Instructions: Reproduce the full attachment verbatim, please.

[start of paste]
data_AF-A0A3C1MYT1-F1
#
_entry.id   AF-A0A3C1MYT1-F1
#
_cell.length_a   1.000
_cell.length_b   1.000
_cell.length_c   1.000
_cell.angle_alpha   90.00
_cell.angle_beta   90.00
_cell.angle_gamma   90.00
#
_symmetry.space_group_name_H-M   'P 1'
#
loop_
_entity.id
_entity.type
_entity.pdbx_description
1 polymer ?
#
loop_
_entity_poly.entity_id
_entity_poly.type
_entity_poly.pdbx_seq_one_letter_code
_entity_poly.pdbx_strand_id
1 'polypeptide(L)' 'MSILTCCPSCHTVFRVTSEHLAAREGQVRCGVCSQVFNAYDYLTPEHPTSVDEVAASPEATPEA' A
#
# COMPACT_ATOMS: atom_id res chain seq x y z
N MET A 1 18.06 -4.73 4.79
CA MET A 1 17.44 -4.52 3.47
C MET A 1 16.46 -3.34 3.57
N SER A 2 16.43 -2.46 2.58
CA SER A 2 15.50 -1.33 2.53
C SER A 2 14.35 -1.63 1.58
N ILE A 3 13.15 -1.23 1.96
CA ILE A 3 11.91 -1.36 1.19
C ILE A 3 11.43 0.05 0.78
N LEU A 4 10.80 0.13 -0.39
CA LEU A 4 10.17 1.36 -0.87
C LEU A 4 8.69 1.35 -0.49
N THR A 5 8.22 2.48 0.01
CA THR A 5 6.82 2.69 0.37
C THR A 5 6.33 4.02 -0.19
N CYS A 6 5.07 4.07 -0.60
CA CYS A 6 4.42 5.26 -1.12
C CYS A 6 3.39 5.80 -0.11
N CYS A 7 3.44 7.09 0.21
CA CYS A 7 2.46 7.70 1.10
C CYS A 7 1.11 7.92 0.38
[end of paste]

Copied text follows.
data_AF-A0A3C1MYT1-F1
#
_entry.id   AF-A0A3C1MYT1-F1
#
_cell.length_a   1.000
_cell.length_b   1.000
_cell.length_c   1.000
_cell.angle_alpha   90.00
_cell.angle_beta   90.00
_cell.angle_gamma   90.00
#
_symmetry.space_group_name_H-M   'P 1'
#
loop_
_entity.id
_entity.type
_entity.pdbx_description
1 polymer ?
#
loop_
_entity_poly.entity_id
_entity_poly.type
_entity_poly.pdbx_seq_one_letter_code
_entity_poly.pdbx_strand_id
1 'polypeptide(L)' 'MSILTCCPSCHTVFRVTSEHLAAREGQVRCGVCSQVFNAYDYLTPEHPTSVDEVAASPEATPEA' A
#
# COMPACT_ATOMS: atom_id res chain seq x y z
N MET A 1 18.06 -4.73 4.79
CA MET A 1 17.44 -4.52 3.47
C MET A 1 16.46 -3.34 3.57
N SER A 2 16.43 -2.46 2.58
CA SER A 2 15.50 -1.33 2.53
C SER A 2 14.35 -1.63 1.58
N ILE A 3 13.15 -1.23 1.96
CA ILE A 3 11.91 -1.36 1.19
C ILE A 3 11.43 0.05 0.78
N LEU A 4 10.80 0.13 -0.39
CA LEU A 4 10.17 1.36 -0.87
C LEU A 4 8.69 1.35 -0.49
N THR A 5 8.22 2.48 0.01
CA THR A 5 6.82 2.69 0.37
C THR A 5 6.33 4.02 -0.19
N CYS A 6 5.07 4.07 -0.60
CA CYS A 6 4.42 5.26 -1.12
C CYS A 6 3.39 5.80 -0.11
N CYS A 7 3.44 7.09 0.21
CA CYS A 7 2.46 7.70 1.10
C CYS A 7 1.11 7.92 0.38